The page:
The Sleeping Beauty (SB) transposon system mediates chromosomal integration and stable gene expression when an engineered SB transposon is delivered along with transposase. One concern in the therapeutic application of the SB system is that persistent expression of transposase could result in transposon instability and genotoxicity. Here, we tested the use of transposase-encoding RNA plus transposon DNA for correction of murine fumarylacetoacetate hydrolase (FAH) deficiency. A bi-functional transposon containing both mouse FAH and firefly luciferase sequences was used to track the growth of genetically corrected liver tissue by in vivo bioluminescence imaging after delivery of DNA or RNA as a source of transposase. Supplying SB transposase in the form of RNA resulted in selective repopulation of corrected hepatocytes with stable expression of FAH and luciferase. Plasma succinylacetone and amino acid levels were normalized, suggesting normal liver metabolism of catabolized protein products. Secondary FAH-deficient animals transplanted with hepatocytes (250,000) isolated from primary treated animals survived 2-(2-nitro-4-trifluoro-methylbenzoyl)-1,3-cyclohexanedione (NTBC) withdrawal, gained weight consistently, and demonstrated stable expression of luciferase. We conclude that transposase-encoding messenger RNA (mRNA) can be used to mediate stable non-viral gene therapy, resulting in complete phenotypic correction, and is thus an effective source of recombinase activity for use in human gene therapy.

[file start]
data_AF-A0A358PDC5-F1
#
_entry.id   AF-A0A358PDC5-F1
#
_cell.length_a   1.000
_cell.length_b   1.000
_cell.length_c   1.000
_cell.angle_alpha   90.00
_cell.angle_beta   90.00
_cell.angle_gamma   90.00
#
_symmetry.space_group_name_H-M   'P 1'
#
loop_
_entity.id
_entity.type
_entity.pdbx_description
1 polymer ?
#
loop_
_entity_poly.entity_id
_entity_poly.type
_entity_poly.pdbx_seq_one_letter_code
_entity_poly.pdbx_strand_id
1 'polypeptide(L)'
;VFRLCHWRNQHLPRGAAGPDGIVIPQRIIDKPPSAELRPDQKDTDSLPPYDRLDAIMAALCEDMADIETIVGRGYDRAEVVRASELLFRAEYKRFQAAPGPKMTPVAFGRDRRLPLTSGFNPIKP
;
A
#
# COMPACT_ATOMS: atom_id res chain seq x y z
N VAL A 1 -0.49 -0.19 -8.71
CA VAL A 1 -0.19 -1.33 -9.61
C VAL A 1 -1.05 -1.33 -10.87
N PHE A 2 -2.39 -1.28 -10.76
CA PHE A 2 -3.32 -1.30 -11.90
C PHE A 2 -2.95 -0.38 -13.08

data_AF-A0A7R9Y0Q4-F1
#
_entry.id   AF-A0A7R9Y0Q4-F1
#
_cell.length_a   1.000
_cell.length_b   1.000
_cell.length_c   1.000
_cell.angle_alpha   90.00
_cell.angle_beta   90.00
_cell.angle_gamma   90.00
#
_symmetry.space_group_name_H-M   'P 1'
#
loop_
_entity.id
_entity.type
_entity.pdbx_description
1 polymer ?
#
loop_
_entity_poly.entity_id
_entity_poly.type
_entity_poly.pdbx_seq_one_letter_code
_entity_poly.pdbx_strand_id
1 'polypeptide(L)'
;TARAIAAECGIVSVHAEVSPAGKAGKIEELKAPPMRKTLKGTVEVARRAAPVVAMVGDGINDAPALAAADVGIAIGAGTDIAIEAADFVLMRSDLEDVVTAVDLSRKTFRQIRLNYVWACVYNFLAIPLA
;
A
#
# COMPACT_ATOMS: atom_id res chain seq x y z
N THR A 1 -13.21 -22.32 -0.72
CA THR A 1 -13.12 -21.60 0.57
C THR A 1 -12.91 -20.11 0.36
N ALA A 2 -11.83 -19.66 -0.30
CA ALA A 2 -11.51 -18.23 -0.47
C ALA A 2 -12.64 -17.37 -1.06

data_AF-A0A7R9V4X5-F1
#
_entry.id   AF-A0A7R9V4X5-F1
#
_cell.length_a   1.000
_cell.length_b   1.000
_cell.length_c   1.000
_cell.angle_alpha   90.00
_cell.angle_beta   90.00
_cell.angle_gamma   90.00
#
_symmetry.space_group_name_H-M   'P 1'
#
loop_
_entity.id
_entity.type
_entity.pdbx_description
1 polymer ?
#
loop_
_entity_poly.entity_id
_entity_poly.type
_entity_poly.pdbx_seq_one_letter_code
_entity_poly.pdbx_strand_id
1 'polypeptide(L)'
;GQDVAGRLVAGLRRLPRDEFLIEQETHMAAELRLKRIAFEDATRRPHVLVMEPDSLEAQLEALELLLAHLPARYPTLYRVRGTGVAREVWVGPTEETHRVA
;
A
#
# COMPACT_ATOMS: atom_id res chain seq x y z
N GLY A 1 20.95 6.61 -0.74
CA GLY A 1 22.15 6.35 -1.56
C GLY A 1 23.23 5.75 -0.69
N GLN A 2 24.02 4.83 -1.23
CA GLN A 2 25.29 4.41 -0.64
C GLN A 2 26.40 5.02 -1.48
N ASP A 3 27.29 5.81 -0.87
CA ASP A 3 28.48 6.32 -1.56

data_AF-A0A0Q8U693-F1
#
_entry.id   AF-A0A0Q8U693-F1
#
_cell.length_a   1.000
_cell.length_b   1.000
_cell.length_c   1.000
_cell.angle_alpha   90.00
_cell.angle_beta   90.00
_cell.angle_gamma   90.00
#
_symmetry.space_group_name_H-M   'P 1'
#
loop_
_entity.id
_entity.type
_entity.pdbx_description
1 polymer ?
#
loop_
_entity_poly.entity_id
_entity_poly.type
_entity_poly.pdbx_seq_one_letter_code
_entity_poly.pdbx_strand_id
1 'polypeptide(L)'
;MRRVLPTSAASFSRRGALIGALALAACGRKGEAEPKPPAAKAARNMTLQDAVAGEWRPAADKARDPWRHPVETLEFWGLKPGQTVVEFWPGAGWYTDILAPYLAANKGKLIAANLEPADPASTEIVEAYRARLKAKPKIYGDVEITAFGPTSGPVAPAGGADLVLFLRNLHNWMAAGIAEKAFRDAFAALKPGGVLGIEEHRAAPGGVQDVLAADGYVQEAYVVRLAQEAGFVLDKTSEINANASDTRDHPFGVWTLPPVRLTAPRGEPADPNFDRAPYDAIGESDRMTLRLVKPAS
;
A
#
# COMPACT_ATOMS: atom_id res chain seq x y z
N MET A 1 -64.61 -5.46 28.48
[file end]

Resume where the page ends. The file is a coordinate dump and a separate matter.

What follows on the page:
Bibliographical noteFunding Information:
We thank Nikunj Somia (Department of Genetics, Cell Biology and Development, University of Minnesota) for plasmid pIBI31, used for in vitro transcription of β-globin-stabilized luciferase-encoding messenger RNA, and the Biological Imaging and Processing Laboratory at the University of Minnesota for technical assistance. This work was supported by start-up funds from the University of Minnesota Medical School (X.W.), a grant from the Arnold and Mabel Beckman Foundation (S.C.E. and R.S.M), the Medical Scientist Training Program (K.J.W.), and by training grant T32 GM08347 from the National Institute of General Medical Sciences (A.W.). A.W. is the recipient of a University of Minnesota Doctoral Dissertation Fellowship.